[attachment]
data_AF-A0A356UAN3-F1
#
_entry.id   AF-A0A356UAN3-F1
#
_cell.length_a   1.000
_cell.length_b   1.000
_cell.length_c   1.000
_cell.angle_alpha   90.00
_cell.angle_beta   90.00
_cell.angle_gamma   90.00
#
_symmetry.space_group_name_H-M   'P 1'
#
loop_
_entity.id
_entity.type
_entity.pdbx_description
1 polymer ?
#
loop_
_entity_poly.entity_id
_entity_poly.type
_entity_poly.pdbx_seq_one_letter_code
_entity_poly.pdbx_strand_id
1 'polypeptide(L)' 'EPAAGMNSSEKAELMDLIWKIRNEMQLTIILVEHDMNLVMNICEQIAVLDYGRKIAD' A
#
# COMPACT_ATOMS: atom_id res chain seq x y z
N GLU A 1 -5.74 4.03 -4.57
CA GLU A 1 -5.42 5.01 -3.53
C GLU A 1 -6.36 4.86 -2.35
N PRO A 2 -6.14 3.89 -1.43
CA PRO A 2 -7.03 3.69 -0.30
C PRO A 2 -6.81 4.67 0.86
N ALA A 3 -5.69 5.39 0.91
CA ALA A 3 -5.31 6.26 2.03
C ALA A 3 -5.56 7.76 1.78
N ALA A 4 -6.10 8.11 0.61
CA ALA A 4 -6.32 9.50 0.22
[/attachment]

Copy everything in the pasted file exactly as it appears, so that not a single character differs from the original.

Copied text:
data_AF-A0A356UAN3-F1
#
_entry.id   AF-A0A356UAN3-F1
#
_cell.length_a   1.000
_cell.length_b   1.000
_cell.length_c   1.000
_cell.angle_alpha   90.00
_cell.angle_beta   90.00
_cell.angle_gamma   90.00
#
_symmetry.space_group_name_H-M   'P 1'
#
loop_
_entity.id
_entity.type
_entity.pdbx_description
1 polymer ?
#
loop_
_entity_poly.entity_id
_entity_poly.type
_entity_poly.pdbx_seq_one_letter_code
_entity_poly.pdbx_strand_id
1 'polypeptide(L)' 'EPAAGMNSSEKAELMDLIWKIRNEMQLTIILVEHDMNLVMNICEQIAVLDYGRKIAD' A
#
# COMPACT_ATOMS: atom_id res chain seq x y z
N GLU A 1 -5.74 4.03 -4.57
CA GLU A 1 -5.42 5.01 -3.53
C GLU A 1 -6.36 4.86 -2.35
N PRO A 2 -6.14 3.89 -1.43
CA PRO A 2 -7.03 3.69 -0.30
C PRO A 2 -6.81 4.67 0.86
N ALA A 3 -5.69 5.39 0.91
CA ALA A 3 -5.31 6.26 2.03
C ALA A 3 -5.56 7.76 1.78
N ALA A 4 -6.10 8.11 0.61
CA ALA A 4 -6.32 9.50 0.22